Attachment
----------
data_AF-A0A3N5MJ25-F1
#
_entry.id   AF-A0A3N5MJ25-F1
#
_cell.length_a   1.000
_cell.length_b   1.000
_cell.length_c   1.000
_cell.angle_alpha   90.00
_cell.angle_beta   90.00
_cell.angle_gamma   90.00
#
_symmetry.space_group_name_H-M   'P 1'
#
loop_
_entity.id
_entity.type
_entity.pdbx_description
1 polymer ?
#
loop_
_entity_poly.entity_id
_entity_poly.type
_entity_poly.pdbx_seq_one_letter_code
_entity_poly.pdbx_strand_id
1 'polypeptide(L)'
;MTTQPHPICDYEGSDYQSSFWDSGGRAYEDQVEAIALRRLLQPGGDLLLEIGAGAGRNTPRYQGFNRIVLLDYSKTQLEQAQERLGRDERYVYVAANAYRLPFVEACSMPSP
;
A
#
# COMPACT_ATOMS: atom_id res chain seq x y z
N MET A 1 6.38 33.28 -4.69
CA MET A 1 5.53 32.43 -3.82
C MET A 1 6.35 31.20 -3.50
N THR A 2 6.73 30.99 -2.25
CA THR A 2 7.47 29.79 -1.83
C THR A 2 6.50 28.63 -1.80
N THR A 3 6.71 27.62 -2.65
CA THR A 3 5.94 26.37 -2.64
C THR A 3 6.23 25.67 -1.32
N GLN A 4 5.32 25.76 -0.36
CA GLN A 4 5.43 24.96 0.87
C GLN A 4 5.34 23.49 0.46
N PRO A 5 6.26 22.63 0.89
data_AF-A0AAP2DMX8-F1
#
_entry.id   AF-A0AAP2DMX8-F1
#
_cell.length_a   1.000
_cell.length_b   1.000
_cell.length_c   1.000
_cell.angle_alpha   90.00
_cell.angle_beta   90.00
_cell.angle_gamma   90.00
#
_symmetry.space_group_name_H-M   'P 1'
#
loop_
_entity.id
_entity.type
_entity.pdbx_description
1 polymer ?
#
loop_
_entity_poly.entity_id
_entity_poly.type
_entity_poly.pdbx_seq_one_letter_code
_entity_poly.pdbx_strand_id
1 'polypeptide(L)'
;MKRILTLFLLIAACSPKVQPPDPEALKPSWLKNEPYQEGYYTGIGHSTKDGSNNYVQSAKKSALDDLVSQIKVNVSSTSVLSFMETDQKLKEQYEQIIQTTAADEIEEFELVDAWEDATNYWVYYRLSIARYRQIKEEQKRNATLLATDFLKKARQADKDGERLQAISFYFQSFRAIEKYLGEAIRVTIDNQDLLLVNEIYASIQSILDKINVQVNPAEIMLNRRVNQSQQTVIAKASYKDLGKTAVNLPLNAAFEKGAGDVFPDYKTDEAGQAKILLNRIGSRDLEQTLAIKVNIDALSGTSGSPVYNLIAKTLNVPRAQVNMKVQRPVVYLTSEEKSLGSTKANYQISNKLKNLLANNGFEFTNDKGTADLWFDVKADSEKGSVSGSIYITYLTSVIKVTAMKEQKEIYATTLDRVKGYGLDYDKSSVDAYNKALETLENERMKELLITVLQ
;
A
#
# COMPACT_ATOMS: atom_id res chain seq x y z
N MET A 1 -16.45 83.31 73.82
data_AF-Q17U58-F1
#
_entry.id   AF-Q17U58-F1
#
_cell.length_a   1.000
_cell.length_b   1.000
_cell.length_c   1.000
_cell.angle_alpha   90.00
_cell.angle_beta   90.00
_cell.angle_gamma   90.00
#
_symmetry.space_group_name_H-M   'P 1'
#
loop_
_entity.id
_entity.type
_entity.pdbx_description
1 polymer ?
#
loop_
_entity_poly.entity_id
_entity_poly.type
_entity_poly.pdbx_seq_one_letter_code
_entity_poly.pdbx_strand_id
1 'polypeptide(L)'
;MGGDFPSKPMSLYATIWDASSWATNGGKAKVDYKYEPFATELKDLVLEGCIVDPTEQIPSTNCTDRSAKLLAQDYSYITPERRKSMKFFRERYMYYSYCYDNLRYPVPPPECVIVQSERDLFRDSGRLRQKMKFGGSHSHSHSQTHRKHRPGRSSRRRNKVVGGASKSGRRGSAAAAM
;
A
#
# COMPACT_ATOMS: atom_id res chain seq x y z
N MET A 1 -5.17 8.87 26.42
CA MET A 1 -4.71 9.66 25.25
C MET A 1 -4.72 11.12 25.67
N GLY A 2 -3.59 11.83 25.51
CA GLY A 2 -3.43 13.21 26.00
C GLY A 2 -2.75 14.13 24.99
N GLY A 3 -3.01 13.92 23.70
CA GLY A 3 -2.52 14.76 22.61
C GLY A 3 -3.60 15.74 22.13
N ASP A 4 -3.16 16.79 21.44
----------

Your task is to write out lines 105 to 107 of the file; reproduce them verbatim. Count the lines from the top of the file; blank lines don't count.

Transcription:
N MET A 1 -5.17 8.87 26.42
CA MET A 1 -4.71 9.66 25.25
C MET A 1 -4.72 11.12 25.67